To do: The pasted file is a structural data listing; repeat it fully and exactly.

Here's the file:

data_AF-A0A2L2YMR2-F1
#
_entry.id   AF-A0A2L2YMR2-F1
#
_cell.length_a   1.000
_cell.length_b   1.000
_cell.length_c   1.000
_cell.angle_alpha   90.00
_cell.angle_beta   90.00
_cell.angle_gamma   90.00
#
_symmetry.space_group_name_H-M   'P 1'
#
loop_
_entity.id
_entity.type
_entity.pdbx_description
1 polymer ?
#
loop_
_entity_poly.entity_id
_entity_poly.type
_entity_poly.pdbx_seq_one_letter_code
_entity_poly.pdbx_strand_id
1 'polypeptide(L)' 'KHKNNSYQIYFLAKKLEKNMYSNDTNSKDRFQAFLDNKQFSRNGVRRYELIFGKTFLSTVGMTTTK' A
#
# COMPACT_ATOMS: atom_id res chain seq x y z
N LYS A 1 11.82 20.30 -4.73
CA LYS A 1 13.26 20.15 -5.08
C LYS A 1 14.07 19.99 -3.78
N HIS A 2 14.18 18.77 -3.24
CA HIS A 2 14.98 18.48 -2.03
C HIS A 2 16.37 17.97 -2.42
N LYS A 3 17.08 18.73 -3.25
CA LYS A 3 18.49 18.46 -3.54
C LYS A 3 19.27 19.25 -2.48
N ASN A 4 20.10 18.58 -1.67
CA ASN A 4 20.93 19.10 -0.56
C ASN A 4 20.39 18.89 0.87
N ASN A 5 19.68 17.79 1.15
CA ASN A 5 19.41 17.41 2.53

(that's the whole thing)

data_AF-A0A2L2YMR2-F1
#
_entry.id   AF-A0A2L2YMR2-F1
#
_cell.length_a   1.000
_cell.length_b   1.000
_cell.length_c   1.000
_cell.angle_alpha   90.00
_cell.angle_beta   90.00
_cell.angle_gamma   90.00
#
_symmetry.space_group_name_H-M   'P 1'
#
loop_
_entity.id
_entity.type
_entity.pdbx_description
1 polymer ?
#
loop_
_entity_poly.entity_id
_entity_poly.type
_entity_poly.pdbx_seq_one_letter_code
_entity_poly.pdbx_strand_id
1 'polypeptide(L)' 'KHKNNSYQIYFLAKKLEKNMYSNDTNSKDRFQAFLDNKQFSRNGVRRYELIFGKTFLSTVGMTTTK' A
#
# COMPACT_ATOMS: atom_id res chain seq x y z
N LYS A 1 11.82 20.30 -4.73
CA LYS A 1 13.26 20.15 -5.08
C LYS A 1 14.07 19.99 -3.78
N HIS A 2 14.18 18.77 -3.24
CA HIS A 2 14.98 18.48 -2.03
C HIS A 2 16.37 17.97 -2.42
N LYS A 3 17.08 18.73 -3.25
CA LYS A 3 18.49 18.46 -3.54
C LYS A 3 19.27 19.25 -2.48
N ASN A 4 20.10 18.58 -1.67
CA ASN A 4 20.93 19.10 -0.56
C ASN A 4 20.39 18.89 0.87
N ASN A 5 19.68 17.79 1.15
CA ASN A 5 19.41 17.41 2.53